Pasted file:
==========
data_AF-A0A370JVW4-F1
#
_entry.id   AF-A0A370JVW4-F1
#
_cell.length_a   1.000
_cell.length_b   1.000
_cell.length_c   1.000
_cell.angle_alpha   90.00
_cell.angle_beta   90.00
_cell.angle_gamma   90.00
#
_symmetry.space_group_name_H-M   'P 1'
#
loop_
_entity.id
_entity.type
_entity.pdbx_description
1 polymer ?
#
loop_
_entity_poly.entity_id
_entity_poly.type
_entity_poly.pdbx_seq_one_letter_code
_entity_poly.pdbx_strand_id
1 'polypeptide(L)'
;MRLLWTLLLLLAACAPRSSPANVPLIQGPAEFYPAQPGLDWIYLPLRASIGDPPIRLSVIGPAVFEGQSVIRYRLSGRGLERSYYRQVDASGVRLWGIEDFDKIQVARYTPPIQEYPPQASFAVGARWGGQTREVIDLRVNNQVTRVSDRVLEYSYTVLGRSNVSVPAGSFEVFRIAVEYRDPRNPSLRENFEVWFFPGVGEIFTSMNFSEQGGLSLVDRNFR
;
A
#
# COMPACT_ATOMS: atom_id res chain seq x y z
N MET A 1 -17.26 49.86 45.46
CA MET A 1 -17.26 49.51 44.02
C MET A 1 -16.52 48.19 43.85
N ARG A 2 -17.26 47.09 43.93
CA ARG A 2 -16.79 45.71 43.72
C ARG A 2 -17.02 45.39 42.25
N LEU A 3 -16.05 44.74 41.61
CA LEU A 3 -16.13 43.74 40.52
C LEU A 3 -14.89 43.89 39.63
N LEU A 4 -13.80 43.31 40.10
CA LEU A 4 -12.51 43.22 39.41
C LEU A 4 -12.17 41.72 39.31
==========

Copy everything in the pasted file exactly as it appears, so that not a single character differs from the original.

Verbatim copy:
data_AF-A0A370JVW4-F1
#
_entry.id   AF-A0A370JVW4-F1
#
_cell.length_a   1.000
_cell.length_b   1.000
_cell.length_c   1.000
_cell.angle_alpha   90.00
_cell.angle_beta   90.00
_cell.angle_gamma   90.00
#
_symmetry.space_group_name_H-M   'P 1'
#
loop_
_entity.id
_entity.type
_entity.pdbx_description
1 polymer ?
#
loop_
_entity_poly.entity_id
_entity_poly.type
_entity_poly.pdbx_seq_one_letter_code
_entity_poly.pdbx_strand_id
1 'polypeptide(L)'
;MRLLWTLLLLLAACAPRSSPANVPLIQGPAEFYPAQPGLDWIYLPLRASIGDPPIRLSVIGPAVFEGQSVIRYRLSGRGLERSYYRQVDASGVRLWGIEDFDKIQVARYTPPIQEYPPQASFAVGARWGGQTREVIDLRVNNQVTRVSDRVLEYSYTVLGRSNVSVPAGSFEVFRIAVEYRDPRNPSLRENFEVWFFPGVGEIFTSMNFSEQGGLSLVDRNFR
;
A
#
# COMPACT_ATOMS: atom_id res chain seq x y z
N MET A 1 -17.26 49.86 45.46
CA MET A 1 -17.26 49.51 44.02
C MET A 1 -16.52 48.19 43.85
N ARG A 2 -17.26 47.09 43.93
CA ARG A 2 -16.79 45.71 43.72
C ARG A 2 -17.02 45.39 42.25
N LEU A 3 -16.05 44.74 41.61
CA LEU A 3 -16.13 43.74 40.52
C LEU A 3 -14.89 43.89 39.63
N LEU A 4 -13.80 43.31 40.10
CA LEU A 4 -12.51 43.22 39.41
C LEU A 4 -12.17 41.72 39.31